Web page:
Chloroform (or trichloromethane) spray is a halogenated hydrocarbon having the simple formula CHCl 3.
It was discovered almost simultaneously by Samuel Guthrie (United States), Justus von Liebig (Germany), and Eugène Soubeiran (France) in 1831.
It comes as a liquid colorless and highly volatile with a characteristic ethereal odor.
Chloroform in the environment tends to escape into the atmosphere due to its high volatility and low adsorption capacity.
Its natural origins are mainly seawater (by certain algae and bacteria ) and the transformation of rocks.
The primary anthropogenic source is water treatment stations, by chlorine on organic matter in surface water.
Small amounts of chloroform are present in tap water, food, air exterior, and interior.
Chloroform spray – History and Uses
- Chloroform was used as an anaesthetic to relieve pain and put the injured to sleep.
- Queen Victoria used it during childbirth.
- And the United States used it extensively during the Civil War.
- After that, Manufacturers used it in synthesizing chlorodifluoromethane, or HCFC-22, as a refrigerant.
- Europe banned this substance in 2004 in household appliances, then in 2015 for all uses.
Properties of Chloroform spray
- Some of the excellent and destructive properties of chloroform are: it is irritating to the eyes, bronchial tubes and fatal in high doses.
- It is a neuro-, a hepato-, and a cardio-toxic, carcinogenic (classification B), probably teratogenic.
- But it is also an excellent solvent, a synthetic intermediate, and an anesthetic that allowed patients to avoid pain for nearly a century.
- Claude Bernard proposed from 1860 a morphine/chloroform combination, known as balanced anesthesia.
- Doctors combine various anaesthetics, morphine, and muscle relaxant and administer intravenously or by inhalation.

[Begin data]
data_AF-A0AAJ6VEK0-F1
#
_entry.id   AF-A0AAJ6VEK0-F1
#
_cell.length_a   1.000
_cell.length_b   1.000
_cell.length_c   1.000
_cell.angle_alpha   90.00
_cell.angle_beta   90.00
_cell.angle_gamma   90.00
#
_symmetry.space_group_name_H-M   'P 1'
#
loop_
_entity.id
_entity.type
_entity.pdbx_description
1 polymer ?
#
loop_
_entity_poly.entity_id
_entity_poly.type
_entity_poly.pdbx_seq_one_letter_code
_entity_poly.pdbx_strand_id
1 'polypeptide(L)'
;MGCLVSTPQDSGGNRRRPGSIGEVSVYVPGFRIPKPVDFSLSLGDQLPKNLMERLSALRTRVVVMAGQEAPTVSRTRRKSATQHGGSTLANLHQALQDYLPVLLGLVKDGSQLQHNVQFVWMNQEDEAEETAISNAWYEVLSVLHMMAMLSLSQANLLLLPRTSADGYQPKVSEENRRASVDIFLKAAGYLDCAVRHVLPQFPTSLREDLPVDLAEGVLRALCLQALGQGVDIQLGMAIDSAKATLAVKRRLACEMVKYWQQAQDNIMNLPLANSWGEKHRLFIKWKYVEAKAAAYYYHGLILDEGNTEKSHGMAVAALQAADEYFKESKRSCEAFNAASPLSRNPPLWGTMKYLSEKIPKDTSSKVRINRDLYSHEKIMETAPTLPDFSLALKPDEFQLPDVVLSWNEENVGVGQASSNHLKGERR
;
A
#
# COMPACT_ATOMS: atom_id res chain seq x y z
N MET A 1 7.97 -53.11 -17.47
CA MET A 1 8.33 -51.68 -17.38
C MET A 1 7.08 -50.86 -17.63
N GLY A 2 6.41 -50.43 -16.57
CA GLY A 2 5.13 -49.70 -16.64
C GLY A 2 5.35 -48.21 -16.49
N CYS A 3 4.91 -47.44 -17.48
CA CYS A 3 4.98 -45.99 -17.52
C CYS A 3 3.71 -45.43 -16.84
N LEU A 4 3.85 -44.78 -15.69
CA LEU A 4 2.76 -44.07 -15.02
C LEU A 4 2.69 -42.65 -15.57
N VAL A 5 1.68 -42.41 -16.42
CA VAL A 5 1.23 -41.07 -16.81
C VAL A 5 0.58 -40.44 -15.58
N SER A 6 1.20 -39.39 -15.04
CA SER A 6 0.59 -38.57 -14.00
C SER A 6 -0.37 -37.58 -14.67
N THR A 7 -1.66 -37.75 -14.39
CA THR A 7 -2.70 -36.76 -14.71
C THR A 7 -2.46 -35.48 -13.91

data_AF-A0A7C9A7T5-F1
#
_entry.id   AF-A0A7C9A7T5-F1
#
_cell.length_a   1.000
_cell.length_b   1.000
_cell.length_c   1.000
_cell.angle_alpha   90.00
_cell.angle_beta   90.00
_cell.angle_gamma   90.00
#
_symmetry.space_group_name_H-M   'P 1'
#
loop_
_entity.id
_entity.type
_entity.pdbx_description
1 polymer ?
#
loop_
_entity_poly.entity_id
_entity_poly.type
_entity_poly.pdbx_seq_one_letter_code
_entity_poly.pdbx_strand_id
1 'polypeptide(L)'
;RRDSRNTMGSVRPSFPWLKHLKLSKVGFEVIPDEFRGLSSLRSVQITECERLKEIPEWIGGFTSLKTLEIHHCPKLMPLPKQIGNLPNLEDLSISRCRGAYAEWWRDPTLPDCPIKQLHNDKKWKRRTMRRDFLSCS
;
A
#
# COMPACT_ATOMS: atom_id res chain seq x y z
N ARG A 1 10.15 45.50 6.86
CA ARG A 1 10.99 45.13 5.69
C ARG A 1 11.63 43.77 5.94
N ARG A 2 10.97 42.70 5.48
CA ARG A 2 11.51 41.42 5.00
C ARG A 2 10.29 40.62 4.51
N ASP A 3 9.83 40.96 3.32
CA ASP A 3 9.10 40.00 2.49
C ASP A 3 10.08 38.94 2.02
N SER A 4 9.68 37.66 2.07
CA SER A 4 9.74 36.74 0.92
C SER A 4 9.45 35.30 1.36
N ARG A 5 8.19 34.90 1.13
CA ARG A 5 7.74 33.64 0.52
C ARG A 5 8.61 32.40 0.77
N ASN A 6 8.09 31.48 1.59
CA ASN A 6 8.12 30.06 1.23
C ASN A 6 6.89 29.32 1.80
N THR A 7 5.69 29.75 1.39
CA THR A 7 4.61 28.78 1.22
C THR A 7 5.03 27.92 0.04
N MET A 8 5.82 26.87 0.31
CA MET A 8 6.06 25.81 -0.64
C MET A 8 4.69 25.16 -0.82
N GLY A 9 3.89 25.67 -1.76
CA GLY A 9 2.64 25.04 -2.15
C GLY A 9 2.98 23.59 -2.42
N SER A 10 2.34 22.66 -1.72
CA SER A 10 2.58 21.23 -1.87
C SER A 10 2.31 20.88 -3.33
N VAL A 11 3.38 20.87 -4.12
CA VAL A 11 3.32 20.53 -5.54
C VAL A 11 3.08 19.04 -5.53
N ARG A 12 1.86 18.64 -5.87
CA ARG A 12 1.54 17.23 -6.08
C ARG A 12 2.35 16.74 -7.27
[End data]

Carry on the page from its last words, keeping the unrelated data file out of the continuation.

- It is present in swimming pools, especially when chlorination is combined with water treatment by UV lamps or solar radiation.
- Chloroform itself is the precursor, in the presence of oxygen and under the influence of UV radiation, of a highly toxic compound, phosgene.
- This undesirable production in workplaces (building, paper industry, etc.), those open to the public, particularly children, led to stringent regulations.
- The reaction of chloroform with a base such as sodium hydroxide provides CCl 2 dichlorocarbene.
- Another highly reactive intermediate quickly reacts with numerous unsaturated functions, leading to an additional carbon atom.
- It is an extraction solvent in the pharmaceutical, agri-food, cosmetic industries, and polymer industry.
Dangers of chloroform spray
- It isn’t delightful to the skin and the eyes. The inhalation of vapors (3-minute exposure at concentrations of 920 ppm ) causes vertigo and dizziness.
- In high doses, chloroform is toxic to the heart, central nervous system, and liver.
- Although it is not flammable, Heat decomposes chloroform into hydrogen chloride and phosgene, gas corrosive and toxic.
- It reacts violently with aluminum, magnesium, alkali metals, strong bases such as soda and potash, and alkaline alcoholates.
Current uses of chloroform
- They use it to manufacture chlorofluorinated hydrocarbons ( Teflon) and extract essential oils and alkaloids.
- Pharmaceutical industries use it in the extraction of antibiotics, hormones, nicotine, quinine, vitamins.
- However, it acts as a solvent and purifying agent in the plastics industry.
Applications of chloroform in surgical operations
- Professor Simpson seems to have deserved science in making known the applications of chloroform in surgical procedures.
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